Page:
Almost all market participants were shocked by the headline on Monday night that Chinese authorities weakened the reference rate for the yuan by a record 1.9%. Some initially thought it was a mistake. All scrambled to understand the motivations and the implications.
There was a loud chorus of concern that the policy shift was an overt movement back in the direction of a mercantilist approach to managing the economy, and fears of exporting deflation to the world were pronounced in the initial selloff in global equities and rally in U.S. Treasuries and other high quality sovereign bonds.
The IMF, on the other hand, applauded China’s new approach as a shift in the correct direction of allowing market forces to play a greater role in establishing the value of the currency. The IMF considers this a necessary step in the direction of allowing the yuan to enter the basket of official reserve currencies.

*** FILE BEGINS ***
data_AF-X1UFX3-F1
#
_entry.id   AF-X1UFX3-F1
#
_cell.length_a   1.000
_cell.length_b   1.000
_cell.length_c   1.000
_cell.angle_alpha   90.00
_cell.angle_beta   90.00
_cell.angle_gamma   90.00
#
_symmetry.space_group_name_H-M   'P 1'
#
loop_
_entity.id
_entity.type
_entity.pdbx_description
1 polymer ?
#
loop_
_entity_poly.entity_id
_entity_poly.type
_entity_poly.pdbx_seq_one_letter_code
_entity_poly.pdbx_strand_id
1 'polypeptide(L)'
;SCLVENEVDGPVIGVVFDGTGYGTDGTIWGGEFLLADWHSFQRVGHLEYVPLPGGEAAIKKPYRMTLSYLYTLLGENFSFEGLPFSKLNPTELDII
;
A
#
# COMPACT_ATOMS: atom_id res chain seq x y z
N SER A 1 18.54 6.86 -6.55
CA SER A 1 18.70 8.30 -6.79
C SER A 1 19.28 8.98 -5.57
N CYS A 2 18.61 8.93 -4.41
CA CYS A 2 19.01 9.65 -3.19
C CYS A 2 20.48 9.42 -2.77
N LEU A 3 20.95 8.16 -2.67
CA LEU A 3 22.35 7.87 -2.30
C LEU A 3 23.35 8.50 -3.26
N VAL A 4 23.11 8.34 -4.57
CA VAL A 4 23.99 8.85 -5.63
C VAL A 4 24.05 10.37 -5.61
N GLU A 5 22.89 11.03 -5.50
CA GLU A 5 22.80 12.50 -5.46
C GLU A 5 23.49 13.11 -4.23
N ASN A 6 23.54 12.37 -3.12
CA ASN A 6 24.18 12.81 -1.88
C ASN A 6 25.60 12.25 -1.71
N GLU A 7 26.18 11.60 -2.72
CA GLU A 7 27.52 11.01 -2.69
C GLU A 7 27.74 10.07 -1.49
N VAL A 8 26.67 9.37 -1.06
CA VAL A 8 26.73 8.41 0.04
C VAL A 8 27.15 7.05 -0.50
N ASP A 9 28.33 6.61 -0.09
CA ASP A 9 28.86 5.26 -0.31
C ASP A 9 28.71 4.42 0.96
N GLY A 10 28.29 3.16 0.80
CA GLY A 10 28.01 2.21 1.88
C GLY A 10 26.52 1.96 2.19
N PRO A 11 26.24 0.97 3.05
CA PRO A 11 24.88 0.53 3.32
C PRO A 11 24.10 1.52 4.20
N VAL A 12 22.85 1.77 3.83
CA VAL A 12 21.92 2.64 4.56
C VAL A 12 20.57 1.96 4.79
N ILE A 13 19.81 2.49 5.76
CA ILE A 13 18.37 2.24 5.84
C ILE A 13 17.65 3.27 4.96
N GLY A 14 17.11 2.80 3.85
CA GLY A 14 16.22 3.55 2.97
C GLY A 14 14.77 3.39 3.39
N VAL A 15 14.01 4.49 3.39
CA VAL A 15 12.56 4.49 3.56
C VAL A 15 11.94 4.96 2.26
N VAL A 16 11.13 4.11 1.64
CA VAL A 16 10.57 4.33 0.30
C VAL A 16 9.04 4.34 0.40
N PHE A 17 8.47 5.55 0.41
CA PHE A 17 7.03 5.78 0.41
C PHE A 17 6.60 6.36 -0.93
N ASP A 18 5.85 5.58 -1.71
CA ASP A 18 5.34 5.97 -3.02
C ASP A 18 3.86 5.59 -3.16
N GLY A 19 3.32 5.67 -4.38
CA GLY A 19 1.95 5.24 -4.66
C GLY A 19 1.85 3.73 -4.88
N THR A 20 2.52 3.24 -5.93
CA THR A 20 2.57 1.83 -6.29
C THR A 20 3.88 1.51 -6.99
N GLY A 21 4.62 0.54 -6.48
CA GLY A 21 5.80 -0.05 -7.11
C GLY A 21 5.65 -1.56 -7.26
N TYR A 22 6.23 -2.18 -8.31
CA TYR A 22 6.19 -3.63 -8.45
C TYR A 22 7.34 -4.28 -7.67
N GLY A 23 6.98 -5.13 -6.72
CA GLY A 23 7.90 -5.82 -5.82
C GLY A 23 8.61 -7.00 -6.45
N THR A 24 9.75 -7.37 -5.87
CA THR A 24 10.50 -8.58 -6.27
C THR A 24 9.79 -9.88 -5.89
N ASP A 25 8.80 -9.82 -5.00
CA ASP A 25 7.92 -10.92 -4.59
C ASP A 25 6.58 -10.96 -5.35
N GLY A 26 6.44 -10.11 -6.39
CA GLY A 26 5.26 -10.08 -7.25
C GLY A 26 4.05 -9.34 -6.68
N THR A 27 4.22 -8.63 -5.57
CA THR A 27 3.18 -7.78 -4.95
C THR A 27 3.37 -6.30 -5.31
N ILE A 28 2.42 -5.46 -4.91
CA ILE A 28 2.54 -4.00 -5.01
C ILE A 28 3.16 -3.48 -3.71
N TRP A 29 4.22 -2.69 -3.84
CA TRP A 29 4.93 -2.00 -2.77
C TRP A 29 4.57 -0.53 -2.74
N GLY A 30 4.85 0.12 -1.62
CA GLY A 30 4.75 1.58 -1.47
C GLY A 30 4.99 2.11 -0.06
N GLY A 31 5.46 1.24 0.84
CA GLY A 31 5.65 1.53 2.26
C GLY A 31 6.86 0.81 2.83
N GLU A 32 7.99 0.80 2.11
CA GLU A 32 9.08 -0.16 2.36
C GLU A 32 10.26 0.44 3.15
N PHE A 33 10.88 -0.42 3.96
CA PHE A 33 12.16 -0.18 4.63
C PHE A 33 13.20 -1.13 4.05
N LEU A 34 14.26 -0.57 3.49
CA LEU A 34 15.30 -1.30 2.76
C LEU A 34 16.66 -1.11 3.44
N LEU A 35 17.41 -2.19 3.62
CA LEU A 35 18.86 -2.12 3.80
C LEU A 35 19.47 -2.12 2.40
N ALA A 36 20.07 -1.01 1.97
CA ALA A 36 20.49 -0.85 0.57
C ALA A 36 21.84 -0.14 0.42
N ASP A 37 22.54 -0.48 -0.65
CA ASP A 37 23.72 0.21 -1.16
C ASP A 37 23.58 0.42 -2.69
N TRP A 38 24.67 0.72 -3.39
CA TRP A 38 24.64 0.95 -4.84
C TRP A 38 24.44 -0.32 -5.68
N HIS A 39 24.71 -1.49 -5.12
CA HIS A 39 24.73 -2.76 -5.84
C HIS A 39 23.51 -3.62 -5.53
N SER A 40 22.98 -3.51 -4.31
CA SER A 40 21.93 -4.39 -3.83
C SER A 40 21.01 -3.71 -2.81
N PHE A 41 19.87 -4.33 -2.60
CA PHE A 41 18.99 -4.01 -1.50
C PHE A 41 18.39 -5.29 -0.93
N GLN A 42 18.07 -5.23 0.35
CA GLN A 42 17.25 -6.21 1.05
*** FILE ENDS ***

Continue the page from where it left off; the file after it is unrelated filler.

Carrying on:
In the end, the Chinese currency depreciated by about 4.5% on the week.
But after the initial volatility, how did the yuan’s new regime affect other markets? The frank answer as of a few days later is “Not much.” Friday morning, Treasuries were mostly unchanged on the week, as were U.S. equities.
China’s move this week reinforces several of PIMCO’s key investment themes over the cyclical horizon:
- First, we expect ongoing diverging trends in official policy actions as countries grapple with the correct policy mix to manage domestic economic conditions.
- Second, as policy trends diverge, we expect increasing market volatility.
- Third, we expect volatility will be further increased by diminished liquidity across most financial markets, causing wider price swings than perhaps are justified by fundamental developments.
In this more volatile market environment, nimble investors with a framework for valuation and an ability to see through the extreme views and position portfolios appropriately stand to benefit.